We observed higher rates of tau change among carriers in neocortical regions compared to EC. This is consistent with studies in sporadic AD showing that cognitively impaired patients show lower rates of tau change in MTL compared to neocortex [15, 20, 21] and implies that MTL tau may reach a plateau at later disease stages while neocortical tau continues to increase. Notably, the rapid increase in neocortical tau PET we observed mirrors the observation that cerebrospinal fluid measures of soluble p-tau decrease around the time of symptom onset in ADAD [40, 50] and in more advanced sporadic AD cases . Together with reports that CSF tau measures are consistently elevated in ADAD around 15 EYO [9, 10, 50], these results suggest that soluble p-tau levels initially increase in association with fibrillar Aβ pathology  and later decrease, possibly due to sequestration into neocortical neurofibrillary tangle pathology  and/or neuronal loss .
We note several differences between our longitudinal tau PET findings and what has been reported in sporadic AD. First, elevated tau PET levels were only observed in carriers with elevated neocortical Aβ PET (Fig. 1), whereas elevated tau without significant fibrillar Aβ burden has been frequently observed in both neuropathological  and PET studies of sporadic (preclinical) AD cases [15, 53]. Similarly, while autopsy and PET studies of sporadic AD have consistently observed greater tau burden in temporal neocortex than parietal neocortex [13, 54], implying a spatiotemporal progression of tau from medial temporal allocortex to temporal neocortex to extra-temporal neocortex, we observed elevated tau in PC (Braak V) in carriers without elevated tau in IT (Braak IV). This suggests that neocortical tau accumulation may proceed in a different anatomical sequence in ADAD compared to typical sporadic AD , although the initial involvement of EC tauopathy appears clear in both contexts. Recent longitudinal tau PET studies have highlighted the heterogeneity of tau accumulation patterns in sporadic AD [55, 56], and the heterogeneity we observed among carriers in this sample suggests that this will be an important factor to keep in mind for future work in ADAD.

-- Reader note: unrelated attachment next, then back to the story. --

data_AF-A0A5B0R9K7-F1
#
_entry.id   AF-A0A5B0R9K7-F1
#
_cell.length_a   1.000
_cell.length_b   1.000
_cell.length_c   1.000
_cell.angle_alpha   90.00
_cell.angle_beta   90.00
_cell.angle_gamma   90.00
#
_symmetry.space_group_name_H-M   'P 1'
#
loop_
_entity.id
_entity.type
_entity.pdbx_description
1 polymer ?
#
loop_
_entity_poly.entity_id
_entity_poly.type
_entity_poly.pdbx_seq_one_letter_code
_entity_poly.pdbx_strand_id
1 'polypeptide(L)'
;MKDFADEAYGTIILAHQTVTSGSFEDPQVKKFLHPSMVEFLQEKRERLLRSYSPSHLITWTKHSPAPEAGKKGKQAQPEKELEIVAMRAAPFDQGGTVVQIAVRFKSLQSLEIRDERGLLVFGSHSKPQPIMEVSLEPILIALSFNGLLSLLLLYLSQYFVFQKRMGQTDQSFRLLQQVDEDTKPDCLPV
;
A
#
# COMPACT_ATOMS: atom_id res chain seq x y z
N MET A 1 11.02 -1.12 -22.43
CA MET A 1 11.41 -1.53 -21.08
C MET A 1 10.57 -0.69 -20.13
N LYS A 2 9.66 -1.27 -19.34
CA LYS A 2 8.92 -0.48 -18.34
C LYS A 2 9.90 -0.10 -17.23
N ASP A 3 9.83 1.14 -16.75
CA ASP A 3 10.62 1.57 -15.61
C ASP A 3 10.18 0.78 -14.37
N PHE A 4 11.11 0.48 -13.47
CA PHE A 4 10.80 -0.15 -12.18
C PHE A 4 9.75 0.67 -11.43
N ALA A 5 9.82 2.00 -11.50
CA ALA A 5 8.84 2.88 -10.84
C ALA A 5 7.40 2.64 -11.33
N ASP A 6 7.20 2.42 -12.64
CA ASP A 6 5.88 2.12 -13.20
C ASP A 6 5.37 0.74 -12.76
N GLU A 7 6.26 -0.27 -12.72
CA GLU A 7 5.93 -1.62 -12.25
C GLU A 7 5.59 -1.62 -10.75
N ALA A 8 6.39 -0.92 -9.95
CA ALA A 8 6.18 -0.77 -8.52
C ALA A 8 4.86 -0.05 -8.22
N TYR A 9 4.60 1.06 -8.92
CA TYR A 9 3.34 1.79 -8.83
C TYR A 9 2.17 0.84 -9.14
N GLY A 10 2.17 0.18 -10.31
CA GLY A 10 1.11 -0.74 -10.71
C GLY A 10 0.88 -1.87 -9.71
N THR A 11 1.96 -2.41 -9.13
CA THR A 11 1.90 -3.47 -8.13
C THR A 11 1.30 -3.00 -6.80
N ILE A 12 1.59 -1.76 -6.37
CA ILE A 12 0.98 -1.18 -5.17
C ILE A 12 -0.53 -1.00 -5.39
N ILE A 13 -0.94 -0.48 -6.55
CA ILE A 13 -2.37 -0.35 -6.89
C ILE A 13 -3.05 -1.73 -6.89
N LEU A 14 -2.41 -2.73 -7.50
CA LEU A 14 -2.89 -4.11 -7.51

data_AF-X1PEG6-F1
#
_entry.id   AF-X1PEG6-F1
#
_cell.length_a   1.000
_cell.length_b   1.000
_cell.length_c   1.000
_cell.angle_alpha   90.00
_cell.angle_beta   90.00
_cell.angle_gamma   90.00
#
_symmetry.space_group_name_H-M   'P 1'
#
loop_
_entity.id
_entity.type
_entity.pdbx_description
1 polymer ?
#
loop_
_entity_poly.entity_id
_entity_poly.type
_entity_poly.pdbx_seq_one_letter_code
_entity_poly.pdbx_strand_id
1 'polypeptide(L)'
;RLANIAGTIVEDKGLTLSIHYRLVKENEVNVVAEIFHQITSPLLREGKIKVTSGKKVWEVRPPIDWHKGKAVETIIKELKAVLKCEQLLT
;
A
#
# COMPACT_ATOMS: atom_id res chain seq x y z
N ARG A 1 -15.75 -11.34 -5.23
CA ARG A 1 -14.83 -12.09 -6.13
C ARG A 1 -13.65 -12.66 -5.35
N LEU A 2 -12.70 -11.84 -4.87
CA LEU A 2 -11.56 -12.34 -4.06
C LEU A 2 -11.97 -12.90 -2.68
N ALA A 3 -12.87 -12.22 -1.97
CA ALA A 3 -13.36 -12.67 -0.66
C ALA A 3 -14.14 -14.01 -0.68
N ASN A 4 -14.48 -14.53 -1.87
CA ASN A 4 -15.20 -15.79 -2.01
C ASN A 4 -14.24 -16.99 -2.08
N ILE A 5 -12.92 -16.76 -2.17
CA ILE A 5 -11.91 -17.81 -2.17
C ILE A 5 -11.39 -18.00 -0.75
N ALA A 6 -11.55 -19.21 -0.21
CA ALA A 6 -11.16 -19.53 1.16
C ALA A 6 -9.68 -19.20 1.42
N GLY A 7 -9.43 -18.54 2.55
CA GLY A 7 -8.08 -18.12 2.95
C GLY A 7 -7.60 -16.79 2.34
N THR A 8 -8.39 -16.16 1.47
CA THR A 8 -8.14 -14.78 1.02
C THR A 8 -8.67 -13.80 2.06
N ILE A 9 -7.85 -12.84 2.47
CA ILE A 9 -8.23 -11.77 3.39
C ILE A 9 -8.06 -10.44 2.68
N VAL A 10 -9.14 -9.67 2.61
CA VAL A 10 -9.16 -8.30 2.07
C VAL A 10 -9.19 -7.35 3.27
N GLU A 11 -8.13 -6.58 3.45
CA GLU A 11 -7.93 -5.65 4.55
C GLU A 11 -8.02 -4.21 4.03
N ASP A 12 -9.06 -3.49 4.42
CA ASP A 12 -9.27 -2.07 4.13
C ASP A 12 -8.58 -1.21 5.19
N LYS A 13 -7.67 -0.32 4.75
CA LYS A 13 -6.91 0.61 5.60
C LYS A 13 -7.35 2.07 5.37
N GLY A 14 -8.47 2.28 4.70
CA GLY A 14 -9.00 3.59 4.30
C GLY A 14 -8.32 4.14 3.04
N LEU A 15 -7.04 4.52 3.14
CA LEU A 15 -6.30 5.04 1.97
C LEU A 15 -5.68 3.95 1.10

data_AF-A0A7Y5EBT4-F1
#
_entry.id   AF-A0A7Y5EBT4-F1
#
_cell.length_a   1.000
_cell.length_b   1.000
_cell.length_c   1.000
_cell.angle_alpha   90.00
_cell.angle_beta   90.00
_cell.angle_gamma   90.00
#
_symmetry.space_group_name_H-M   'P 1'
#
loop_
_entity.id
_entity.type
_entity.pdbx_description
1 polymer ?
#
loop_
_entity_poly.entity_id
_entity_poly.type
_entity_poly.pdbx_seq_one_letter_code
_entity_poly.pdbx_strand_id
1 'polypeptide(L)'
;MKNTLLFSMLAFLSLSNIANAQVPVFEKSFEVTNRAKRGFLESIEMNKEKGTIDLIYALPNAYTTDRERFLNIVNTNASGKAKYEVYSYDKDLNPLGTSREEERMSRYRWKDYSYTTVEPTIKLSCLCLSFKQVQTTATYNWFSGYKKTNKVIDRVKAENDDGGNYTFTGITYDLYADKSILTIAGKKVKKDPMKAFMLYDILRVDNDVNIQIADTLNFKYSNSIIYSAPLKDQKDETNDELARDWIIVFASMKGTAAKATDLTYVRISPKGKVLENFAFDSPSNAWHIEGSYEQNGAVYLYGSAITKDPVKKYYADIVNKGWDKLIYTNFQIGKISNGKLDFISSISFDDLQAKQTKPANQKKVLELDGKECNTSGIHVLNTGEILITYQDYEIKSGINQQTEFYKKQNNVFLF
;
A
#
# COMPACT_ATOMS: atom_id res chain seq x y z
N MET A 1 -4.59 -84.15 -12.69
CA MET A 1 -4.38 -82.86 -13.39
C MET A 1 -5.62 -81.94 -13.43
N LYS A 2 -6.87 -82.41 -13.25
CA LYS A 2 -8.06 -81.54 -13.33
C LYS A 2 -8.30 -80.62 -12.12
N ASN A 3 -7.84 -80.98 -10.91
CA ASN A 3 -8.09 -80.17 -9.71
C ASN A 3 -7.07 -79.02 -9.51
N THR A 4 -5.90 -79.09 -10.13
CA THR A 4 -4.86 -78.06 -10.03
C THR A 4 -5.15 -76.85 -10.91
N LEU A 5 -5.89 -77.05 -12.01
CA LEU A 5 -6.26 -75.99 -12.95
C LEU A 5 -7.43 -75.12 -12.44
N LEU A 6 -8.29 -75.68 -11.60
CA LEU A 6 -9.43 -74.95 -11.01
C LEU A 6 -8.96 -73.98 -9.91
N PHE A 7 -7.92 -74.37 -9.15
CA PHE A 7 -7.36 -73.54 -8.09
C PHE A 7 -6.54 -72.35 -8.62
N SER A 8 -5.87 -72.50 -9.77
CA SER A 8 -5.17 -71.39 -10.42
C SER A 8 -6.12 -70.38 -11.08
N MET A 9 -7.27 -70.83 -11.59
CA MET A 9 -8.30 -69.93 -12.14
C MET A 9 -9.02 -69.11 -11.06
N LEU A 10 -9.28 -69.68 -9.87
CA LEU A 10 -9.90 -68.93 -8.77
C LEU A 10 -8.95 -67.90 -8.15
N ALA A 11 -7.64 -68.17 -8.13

The rates of neocortical tau increase we observed here (PC mean: 0.16 SUVR/year, 9%/year; max: 0.46 SUVR/year, 28%/year) were markedly higher than has been reported in sporadic AD (~ 0.05 SUVR/year, 3–6%/year) [20,21,22], although one study of sporadic AD reported rates as high as 8%/year tau PET increase in Braak V (including precuneus) . In previously reported longitudinal PET data from our group processed with the same pipeline reported herein , sporadic AD patients showed rates of tau change in precuneus (mean ± SD [range]) of 0.091 ± 0.157 [− 0.057 0.448] SUVR/year, or on average 3.7% per year. These findings are consistent with early neuropathological reports suggesting that some ADAD mutations, including PSEN1 E280A, may be associated with more rapid accumulation of neurofibrillary tangle pathology compared to sporadic AD . However, both ADAD and sporadic AD cohorts show substantial variability in rates of tau accumulation, and direct, systematic comparison of these groups modeling for various confounds should be pursued in future work.
Consistent with previous observations [9, 10, 40, 43], we observed hippocampal atrophy in unimpaired carriers nearing the time of symptom onset, as early as 6 EYO. HV change rates were highly correlated with tau change rates but not Aβ change rates, suggesting that hippocampal atrophy occurs in temporal proximity to neocortical tau accumulation. This is consistent with findings from sporadic AD, where it has been reported that neurodegeneration is more closely associated with tau than with Aβ . Whereas we focused our analyses on proxy variables for tau PET and structural measurements in this study, future studies of local associations between tau PET and atrophy in ADAD may help to elucidate the extent to which neurodegeneration is mediated by coincident (local) tau pathology.
Finally, we measured changes in cognitive performance over time and observed that rates of cognitive decline were correlated with baseline age, Aβ level, and all tau measures within carriers. Steep cognitive decline (> 0.2 z-score/year) was observed within carriers as early as 4 EYO with the PACC, comparable to previous reports in ADAD assessing change in a composite cognitive measure . PACC slopes were more closely associated with contemporaneous neocortical tau slopes than with Aβ slopes, although these associations did not reach statistical significance within carriers, probably due to the small sample size. These results suggest that there may be some temporal offset between neocortical tau accumulation and cognitive decline in ADAD, and raises the possibility that intervening against tauopathy even in the context of elevated Aβ could be of therapeutic benefit.